Moral distress is prevalent in many areas of medicine, including the NICU.1 Defined as “knowing the right thing do to, but feeling powerless to do it,” moral distress was initially thought to be experienced primarily by bedside nurses related to constraint from the medical team’s hierarchy.1 However, we now recognize that all health care team members experience moral distress, and the increasing complexity of health care delivery has increased the prevalence of moral distress.2,3
In this issue of Pediatrics, Prentice et al use a mixed-method study to assess moral distress in 525 neonatologists, trainees, and nurses in relation to 99 patients <28 weeks’ gestation over their NICU course. At any given time, moral distress was reported by 15%, with some variability across health care providers. Reasons for experiencing moral distress were infant-centered, such that the burden of intensive interventions outweighs the benefit, management plans, family-centered, parental decision-making, or provider-centered personal reasons, such as discomfort with uncertainty. Attending neonatologists were less likely to experience moral distress (6.4% of the time) than fellows (19.6%), residents (17.5%), or nurses (16.9%).4 This study highlights a potential paradigm shift in the source of constraint-type moral distress because it seems to be related to factors other than the traditional medical hierarchy in the NICU, as previously believed. The era of shared decision-making has led to the incorporation of parental values, ideas, and preferences in care plans, expanding potential sources of moral constraint beyond the physician because the views of all stakeholders are taken into account when developing a care plan.2,5,6 The medical team and family balance often-competing principles of autonomy, beneficence, and nonmaleficence in a way that decreases parental stress and promotes the best patient outcome. However, the zone of parental discretion, especially when parental views diverge from what the medical team recommends or feels is the right treatment course, can lead to challenging and uncomfortable situations for providers. In these situations, elimination of uncertainty in the perceived clinical status and likely outcomes, transparency in complex discussions, a shared decision-making approach to care in which providers gain insight into the values and views that drive parental decisions, and involvement in the care plan may reduce moral distress. Given the neonatologists’ level of involvement in discussions with the family and the decision-making process, they may develop a deeper understanding of parental values and goals.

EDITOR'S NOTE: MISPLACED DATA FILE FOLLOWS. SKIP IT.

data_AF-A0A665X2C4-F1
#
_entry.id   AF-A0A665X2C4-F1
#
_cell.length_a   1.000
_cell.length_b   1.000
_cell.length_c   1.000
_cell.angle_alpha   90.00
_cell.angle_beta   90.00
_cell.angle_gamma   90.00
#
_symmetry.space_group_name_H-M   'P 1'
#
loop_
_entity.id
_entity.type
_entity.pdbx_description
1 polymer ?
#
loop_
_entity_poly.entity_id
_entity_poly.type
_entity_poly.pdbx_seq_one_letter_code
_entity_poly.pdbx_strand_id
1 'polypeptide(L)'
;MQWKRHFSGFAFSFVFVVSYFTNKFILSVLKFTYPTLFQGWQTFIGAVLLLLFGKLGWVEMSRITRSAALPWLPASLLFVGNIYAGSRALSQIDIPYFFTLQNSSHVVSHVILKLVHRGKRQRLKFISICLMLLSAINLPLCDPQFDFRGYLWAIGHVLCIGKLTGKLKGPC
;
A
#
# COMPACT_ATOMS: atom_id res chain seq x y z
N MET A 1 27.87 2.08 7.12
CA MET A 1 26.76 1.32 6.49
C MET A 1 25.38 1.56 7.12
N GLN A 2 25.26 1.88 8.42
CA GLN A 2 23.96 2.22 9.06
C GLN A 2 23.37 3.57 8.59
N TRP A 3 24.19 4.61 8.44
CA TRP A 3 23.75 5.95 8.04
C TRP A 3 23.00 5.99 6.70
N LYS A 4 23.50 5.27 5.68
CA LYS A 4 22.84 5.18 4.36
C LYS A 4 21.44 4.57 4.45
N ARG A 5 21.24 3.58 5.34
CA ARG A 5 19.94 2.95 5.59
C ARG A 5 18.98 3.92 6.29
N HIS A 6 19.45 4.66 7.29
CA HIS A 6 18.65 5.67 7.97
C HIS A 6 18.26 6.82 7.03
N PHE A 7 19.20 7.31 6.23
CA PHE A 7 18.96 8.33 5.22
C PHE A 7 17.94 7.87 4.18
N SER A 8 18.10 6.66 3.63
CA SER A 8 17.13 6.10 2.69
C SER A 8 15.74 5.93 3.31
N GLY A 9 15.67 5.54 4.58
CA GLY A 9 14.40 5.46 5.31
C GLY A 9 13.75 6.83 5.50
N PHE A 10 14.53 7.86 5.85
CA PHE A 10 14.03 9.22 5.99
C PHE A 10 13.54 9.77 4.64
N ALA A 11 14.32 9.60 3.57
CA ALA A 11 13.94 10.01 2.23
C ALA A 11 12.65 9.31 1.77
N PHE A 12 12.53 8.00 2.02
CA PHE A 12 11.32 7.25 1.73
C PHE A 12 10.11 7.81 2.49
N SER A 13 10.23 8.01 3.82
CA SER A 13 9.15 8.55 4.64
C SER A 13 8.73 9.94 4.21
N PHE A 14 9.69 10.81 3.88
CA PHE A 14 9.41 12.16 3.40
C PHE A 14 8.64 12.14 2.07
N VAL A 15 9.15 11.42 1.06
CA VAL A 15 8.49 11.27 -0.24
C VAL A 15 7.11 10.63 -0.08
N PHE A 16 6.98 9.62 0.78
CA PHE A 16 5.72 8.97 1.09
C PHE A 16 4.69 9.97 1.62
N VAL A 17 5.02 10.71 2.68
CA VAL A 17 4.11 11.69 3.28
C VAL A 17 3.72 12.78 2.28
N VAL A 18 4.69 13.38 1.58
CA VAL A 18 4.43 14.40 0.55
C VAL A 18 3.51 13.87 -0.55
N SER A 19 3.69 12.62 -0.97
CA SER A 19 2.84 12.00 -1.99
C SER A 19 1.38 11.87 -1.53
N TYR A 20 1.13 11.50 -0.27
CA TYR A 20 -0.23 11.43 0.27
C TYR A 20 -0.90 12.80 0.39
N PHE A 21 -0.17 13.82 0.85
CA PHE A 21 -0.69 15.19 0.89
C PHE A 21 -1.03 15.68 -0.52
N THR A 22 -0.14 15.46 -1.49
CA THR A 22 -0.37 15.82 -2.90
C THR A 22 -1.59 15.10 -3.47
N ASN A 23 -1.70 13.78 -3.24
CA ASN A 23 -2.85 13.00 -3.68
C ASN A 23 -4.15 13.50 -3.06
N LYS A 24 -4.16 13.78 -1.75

This understanding of parental values and knowledge of how the family views the child, their hopes, and their understanding of the immediate and long-term outcomes allows the provider to feel confident that the decisions made, irrespective of personal views, are informed and based on the family’s determination of best interest for the infant. Similar to how personal views and experiences shape goals of care and decisions families make, clinicians’ experiences contribute to their views and likely their perception of moral distress. Studies examining the impact of previous personal and professional experiences with complex medical situations, individuals with significant cognitive or physical disabilities, and uncertain outcomes are needed to understand how they contribute to the evolution of moral distress over time. These experiences may add to why some neonatologists acknowledge more moral distress early in their career.